There’s a sense of déjà vu about this post. Something tells me I’ve written it, or at least started writing it, before. It’s a follow up on My Top Ten Movies of the 1950s.
Your list may vary, but these are my favorites. I started to make this a list of the movies I’d actually seen in the theater. But there are too many classics from the 60s that deserve to be here. Classics that, at a very, very (very) young age, I wouldn’t have been allowed to see in the theater, and maybe not for a while even on television. But I did see the movies on the top 10 list during the 1960s, whether in the theater (noted when I remember it) or on television.
No, these are not the most critically acclaimed movies of the 60s, or even the highest box office earners. They’re the favorites I remember from my childhood.
Here’s my list, in no particular order.
A widower gets dragged into the Civil War against his will. With Jimmy Stewart, Doug McClure and more. This one I do remember seeing in the theater. And, if memory serves me correctly it’s the only movie that my whole family (Mom, Dad, brother and I) went to together. And on a school night.
How the West Was Won (1962)
This is one of those epic movies with an all star cast: Henry Fonda, Gregory Peck, Jimmy Stewart, Debbie Reynolds, Lee J. Cobb, George Peppard, Carolyn Jones…the list goes on. And it’s narrated by Spencer Tracy. Family legend has it that I was in the theater as a baby when my family saw this movie (after a family wedding in Norfolk). At least that’s the way I remember hearing the story. But I saw it much later. And I’d watch it again and again. Right now.
The Sound of Music (1965)
I saw this on a special trip with neighbors. We drove about 45 minutes away to Radford to see the movie there. It’s a classic. Still a favorite, and I still want to visit Austria. Julie Andrews and Christopher Plummer.
The Jungle Book (1967)
The Jungle Book was the first Disney cartoon I remember seeing in the theater. I had the coloring book. Don’t judge. It’s a classic.
To Kill a Mockingbird (1962)
My mother told me that Scout reminded her of herself. We watched this on a black and white television. Not that it mattered. But this was the first time I began to be aware of the ugliness of racism. With Gregory Peck, Alice Ghostly and Robert Duvall.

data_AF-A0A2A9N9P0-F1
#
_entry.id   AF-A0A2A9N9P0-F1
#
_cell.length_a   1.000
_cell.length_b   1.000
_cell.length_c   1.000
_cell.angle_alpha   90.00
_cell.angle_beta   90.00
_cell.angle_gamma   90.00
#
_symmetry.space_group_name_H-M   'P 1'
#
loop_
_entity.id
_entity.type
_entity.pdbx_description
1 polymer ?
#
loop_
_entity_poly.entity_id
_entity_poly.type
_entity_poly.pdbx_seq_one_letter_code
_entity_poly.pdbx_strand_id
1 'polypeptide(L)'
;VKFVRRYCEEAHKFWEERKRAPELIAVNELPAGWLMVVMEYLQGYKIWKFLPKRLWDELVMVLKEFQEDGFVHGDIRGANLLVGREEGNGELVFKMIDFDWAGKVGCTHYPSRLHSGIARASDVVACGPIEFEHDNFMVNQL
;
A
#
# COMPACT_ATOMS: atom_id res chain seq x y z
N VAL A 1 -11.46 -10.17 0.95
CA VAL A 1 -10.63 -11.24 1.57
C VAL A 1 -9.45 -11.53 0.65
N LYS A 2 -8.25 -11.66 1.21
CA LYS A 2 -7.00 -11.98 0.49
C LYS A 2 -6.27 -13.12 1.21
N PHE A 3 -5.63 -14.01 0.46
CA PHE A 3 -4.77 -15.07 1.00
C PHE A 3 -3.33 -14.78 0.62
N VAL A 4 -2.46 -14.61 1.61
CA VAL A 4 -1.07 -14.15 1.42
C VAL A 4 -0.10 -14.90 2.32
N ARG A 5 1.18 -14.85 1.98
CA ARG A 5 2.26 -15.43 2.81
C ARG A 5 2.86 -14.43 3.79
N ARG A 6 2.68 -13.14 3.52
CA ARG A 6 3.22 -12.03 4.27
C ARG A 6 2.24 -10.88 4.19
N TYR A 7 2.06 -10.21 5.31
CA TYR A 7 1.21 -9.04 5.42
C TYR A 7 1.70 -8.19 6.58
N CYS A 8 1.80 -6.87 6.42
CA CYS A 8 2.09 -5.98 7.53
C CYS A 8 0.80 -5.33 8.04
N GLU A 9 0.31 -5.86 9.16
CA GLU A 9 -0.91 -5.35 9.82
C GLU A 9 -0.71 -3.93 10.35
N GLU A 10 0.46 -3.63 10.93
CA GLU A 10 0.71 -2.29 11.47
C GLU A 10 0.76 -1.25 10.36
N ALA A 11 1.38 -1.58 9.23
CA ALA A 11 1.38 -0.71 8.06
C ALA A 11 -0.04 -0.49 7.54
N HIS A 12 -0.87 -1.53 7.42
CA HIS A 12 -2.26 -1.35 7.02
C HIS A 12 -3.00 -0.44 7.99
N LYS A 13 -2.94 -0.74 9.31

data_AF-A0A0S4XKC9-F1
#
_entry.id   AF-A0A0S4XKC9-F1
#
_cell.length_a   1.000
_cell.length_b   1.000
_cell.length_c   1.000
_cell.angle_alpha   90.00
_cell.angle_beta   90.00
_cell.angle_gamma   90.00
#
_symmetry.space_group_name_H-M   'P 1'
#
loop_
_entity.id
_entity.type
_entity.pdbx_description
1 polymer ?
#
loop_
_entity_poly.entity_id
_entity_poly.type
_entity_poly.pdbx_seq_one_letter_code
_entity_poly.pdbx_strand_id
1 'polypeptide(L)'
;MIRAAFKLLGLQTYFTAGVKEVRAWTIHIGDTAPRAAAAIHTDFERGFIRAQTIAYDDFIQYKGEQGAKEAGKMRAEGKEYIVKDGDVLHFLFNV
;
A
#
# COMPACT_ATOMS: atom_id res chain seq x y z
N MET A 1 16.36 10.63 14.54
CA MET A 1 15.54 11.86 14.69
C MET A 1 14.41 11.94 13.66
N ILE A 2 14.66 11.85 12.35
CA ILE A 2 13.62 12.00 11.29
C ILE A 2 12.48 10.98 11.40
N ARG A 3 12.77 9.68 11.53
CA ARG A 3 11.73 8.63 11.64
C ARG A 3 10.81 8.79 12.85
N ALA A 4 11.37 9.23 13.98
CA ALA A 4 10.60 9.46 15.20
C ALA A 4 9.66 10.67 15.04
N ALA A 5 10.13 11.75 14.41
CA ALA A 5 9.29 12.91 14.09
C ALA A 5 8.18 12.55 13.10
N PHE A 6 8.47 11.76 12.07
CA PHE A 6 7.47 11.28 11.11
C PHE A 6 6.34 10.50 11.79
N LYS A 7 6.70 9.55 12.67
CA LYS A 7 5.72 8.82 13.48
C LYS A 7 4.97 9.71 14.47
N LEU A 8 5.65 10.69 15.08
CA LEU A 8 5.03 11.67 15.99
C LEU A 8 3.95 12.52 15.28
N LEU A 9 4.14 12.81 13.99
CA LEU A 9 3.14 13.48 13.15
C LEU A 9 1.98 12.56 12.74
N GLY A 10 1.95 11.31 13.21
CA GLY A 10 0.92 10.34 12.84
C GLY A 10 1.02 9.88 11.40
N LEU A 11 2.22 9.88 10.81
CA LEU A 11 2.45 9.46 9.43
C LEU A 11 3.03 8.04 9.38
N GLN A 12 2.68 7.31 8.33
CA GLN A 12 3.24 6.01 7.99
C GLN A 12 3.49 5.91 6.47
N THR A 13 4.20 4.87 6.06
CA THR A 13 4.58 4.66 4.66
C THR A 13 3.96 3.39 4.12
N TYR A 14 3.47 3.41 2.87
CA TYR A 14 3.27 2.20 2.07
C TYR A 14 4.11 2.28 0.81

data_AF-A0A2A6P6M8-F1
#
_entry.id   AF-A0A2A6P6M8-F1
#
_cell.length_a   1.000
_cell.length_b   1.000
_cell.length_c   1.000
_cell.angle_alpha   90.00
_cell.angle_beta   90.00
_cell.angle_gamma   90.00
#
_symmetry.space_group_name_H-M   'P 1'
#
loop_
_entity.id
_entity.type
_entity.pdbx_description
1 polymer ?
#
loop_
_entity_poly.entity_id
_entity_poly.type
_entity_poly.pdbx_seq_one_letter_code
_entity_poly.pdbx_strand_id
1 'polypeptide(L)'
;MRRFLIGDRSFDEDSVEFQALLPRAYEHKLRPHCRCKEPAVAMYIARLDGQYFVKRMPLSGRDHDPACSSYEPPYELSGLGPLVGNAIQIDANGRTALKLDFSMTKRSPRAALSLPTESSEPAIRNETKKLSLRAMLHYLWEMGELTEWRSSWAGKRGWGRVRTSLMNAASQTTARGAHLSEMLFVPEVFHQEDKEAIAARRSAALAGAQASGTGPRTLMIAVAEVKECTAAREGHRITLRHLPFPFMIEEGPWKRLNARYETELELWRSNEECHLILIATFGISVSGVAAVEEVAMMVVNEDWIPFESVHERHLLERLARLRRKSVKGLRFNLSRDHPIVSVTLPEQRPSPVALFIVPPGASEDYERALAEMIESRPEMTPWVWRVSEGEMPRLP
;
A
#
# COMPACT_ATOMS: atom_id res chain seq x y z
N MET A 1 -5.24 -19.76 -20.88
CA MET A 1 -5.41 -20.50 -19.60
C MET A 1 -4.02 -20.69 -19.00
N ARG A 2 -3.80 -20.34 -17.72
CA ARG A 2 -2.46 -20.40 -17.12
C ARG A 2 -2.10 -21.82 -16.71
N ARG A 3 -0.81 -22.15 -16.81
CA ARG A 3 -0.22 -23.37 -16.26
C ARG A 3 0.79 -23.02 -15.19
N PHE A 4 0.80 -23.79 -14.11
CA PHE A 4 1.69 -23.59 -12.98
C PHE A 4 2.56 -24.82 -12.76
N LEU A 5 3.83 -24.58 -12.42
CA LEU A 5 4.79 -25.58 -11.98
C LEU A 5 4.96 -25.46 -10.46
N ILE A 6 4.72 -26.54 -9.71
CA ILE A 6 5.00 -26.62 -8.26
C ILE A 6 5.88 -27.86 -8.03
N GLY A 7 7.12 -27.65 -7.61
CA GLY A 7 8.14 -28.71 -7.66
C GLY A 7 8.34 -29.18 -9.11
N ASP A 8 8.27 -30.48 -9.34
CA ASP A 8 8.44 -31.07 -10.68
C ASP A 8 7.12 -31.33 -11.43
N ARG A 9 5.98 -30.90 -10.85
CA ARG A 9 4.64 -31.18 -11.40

The Birds (1963)
The Birds was the first movie I remember seeing that really creeped me out. In a fascinating, can’t take my eyes of it kind of way. Don’t think flocks of birds didn’t creep me out for a long time after that. With Tippi Hedren, Suzanne Pleshette and Jessica Tandy.
The Parent Trap (1961)
Twin girls who don’t know each other meet at camp and scheme to get their parents back together. Starring Haley Mills and Haley Mills. How did she do that? It was a Saturday (later in the 60s than 1961) afternoon matinee and I had a crush. On both of them.
But when I was older I had a crush on Natalie Wood. I remember seeing this, probably on the late show, when one of the two television stations we could get would actually show a movie after the news. This is the film version of the Broadway musical based on the life of Gypsy Rose Lee and her stage mother, Mama Rose (Rosalind Russell). Loved seeing Tyne Daly in the role of Mama Rose at The Kennedy Center. Still this movie version is the favorite.
Donovan’s Reef (1963)
Still a favorite and one that made my favorite Christmas movies list. John Wayne, Lee Marvin. Dorothy Lamour. A tropical island. Who could ask for anything more?
Yours, Mine and Ours (1968)
A widower with 10 children marries a widow with 8. What can go wrong? I’m sure this was another Saturday afternoon matinee. A classically funny movie with two great stars, Lucille Ball and Henry Fonda. Also starring Van Johnson, Tom Bosley, a very young Tim Matheson, and an even younger Morgan Brittany.
Honorable Mentions (I had to cut them off to get the list down to just 10):
Mary Poppins (1964)
My Fair Lady (1964)
Chitty Chitty Bang Bang (1968)
Guess Who’s Coming to Dinner (1967)
Hello Dolly (1969)
Swiss Family Robinson (1960)
West Side Story (1961) Because Natalie Wood only gets one movie in the top 10 and it was a difficult choice. But she did her own “singing” in Gypsy.
101 Dalmations (1961) The animated version. Admittedly, it was hard to choose between this and The Jungle Book. This was the first time I was able to say “the book was better.”
To Sir, With Love (1967)
See also: The Best World War I Movies.